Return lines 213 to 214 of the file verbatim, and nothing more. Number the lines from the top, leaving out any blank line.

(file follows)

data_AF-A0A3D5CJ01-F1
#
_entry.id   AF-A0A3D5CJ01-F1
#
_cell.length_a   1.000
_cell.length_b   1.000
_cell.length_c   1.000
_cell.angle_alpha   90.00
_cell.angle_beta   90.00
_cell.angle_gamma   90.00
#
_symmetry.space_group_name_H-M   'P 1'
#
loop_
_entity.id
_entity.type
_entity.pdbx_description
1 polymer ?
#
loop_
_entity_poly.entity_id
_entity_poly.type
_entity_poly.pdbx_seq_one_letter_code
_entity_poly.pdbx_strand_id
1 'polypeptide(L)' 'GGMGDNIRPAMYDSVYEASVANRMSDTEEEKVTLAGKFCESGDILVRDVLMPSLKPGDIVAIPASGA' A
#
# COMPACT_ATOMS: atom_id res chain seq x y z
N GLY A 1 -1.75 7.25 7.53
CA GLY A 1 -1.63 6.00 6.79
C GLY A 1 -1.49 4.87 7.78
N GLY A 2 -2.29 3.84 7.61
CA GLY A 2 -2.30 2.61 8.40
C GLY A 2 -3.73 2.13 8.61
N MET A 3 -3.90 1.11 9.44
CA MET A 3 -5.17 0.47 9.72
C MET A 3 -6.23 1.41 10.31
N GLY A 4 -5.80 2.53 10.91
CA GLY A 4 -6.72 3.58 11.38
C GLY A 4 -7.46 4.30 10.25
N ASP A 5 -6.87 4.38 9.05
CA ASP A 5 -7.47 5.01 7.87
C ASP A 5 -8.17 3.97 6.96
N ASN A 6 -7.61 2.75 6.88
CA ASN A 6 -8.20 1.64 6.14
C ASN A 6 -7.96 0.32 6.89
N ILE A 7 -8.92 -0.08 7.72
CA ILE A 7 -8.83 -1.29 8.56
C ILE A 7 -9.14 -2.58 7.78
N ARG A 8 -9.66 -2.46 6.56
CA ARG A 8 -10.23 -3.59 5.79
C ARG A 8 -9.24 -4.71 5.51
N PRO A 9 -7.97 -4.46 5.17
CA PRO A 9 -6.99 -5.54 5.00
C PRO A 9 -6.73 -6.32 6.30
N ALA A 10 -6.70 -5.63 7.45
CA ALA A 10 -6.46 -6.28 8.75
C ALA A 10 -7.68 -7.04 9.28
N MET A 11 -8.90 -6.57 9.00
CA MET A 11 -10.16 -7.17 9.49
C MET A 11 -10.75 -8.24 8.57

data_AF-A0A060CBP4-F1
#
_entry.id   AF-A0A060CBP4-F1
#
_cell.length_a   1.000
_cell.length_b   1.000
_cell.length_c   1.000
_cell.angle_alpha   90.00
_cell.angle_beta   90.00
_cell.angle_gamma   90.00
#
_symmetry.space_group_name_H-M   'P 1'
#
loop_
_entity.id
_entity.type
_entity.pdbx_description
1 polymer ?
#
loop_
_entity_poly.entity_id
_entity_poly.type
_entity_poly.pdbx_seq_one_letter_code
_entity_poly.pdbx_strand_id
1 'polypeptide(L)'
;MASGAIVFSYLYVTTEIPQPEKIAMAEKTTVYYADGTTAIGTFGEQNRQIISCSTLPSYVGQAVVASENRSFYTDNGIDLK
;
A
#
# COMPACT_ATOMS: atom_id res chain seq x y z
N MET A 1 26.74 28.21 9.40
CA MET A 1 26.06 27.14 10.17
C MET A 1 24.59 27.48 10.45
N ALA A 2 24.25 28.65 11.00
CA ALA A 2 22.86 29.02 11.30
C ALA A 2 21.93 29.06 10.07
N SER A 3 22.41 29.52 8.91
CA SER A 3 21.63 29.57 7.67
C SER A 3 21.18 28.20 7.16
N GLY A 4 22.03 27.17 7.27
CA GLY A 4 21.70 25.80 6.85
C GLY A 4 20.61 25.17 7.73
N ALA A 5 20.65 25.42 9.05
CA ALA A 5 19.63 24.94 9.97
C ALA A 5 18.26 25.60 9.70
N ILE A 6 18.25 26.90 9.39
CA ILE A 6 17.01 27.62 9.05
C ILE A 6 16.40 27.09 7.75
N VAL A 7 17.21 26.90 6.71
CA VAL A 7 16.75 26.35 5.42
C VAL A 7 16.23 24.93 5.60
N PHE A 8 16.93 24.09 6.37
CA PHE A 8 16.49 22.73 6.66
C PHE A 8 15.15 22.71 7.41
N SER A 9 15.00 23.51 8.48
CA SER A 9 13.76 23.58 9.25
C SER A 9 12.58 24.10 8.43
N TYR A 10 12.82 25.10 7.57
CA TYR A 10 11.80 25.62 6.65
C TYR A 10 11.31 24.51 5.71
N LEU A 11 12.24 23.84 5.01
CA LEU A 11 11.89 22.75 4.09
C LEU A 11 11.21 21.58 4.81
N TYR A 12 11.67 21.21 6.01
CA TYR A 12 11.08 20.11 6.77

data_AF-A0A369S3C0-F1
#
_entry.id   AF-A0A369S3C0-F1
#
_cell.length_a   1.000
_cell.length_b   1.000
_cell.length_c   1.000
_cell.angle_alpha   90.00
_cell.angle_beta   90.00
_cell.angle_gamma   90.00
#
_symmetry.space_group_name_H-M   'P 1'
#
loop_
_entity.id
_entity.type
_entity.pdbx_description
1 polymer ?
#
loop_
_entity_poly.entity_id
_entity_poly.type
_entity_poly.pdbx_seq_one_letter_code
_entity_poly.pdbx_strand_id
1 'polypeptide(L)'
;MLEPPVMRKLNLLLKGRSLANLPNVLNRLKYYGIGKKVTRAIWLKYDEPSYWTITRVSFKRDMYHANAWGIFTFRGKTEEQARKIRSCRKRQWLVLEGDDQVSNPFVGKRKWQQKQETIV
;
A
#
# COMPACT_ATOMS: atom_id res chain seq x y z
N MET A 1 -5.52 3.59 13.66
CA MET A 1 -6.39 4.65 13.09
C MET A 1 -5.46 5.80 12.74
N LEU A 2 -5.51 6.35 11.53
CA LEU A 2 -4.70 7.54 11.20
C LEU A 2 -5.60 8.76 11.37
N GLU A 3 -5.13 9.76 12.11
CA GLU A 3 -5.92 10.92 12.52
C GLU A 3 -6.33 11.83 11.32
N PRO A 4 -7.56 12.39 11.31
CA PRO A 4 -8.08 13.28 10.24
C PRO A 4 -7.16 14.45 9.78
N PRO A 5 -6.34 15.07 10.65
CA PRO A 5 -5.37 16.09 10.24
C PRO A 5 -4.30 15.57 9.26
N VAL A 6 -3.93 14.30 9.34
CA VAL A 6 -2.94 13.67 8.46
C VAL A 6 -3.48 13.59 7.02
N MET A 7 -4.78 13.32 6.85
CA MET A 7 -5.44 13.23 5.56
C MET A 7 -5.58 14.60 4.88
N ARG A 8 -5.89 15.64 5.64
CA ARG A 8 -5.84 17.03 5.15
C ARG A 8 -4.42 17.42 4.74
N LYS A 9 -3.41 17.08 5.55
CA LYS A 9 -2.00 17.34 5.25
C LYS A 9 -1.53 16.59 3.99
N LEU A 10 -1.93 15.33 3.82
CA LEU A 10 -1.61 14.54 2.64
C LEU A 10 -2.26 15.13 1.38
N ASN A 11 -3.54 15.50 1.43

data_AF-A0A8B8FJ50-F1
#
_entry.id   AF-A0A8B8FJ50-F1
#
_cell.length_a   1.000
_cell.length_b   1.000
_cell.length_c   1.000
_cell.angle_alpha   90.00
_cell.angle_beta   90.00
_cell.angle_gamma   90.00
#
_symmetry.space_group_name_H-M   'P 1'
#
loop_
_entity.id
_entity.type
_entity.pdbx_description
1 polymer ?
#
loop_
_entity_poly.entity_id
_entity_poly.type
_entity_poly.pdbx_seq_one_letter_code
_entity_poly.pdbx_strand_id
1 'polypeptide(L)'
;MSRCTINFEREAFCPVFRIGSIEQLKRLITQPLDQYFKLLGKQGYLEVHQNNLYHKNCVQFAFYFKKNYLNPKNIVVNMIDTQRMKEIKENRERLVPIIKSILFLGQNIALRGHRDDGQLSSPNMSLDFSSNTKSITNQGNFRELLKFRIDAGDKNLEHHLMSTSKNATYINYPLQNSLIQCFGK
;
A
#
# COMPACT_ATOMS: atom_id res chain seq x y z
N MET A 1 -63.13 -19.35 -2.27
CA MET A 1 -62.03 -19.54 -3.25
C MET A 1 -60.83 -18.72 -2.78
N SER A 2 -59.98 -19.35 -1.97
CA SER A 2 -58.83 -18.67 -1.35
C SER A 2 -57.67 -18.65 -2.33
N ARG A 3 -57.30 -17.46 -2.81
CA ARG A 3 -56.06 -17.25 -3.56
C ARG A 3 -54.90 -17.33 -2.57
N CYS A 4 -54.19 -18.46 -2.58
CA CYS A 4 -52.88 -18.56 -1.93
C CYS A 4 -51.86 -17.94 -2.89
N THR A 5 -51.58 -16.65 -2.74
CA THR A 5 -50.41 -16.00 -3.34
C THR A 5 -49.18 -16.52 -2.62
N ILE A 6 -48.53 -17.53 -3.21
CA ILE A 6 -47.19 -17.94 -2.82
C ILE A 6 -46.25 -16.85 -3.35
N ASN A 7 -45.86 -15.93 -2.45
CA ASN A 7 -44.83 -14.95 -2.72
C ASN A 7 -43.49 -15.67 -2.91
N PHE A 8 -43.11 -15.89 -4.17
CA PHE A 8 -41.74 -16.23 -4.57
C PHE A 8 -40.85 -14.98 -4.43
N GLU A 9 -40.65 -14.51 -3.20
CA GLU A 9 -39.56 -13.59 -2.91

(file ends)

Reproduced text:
;
A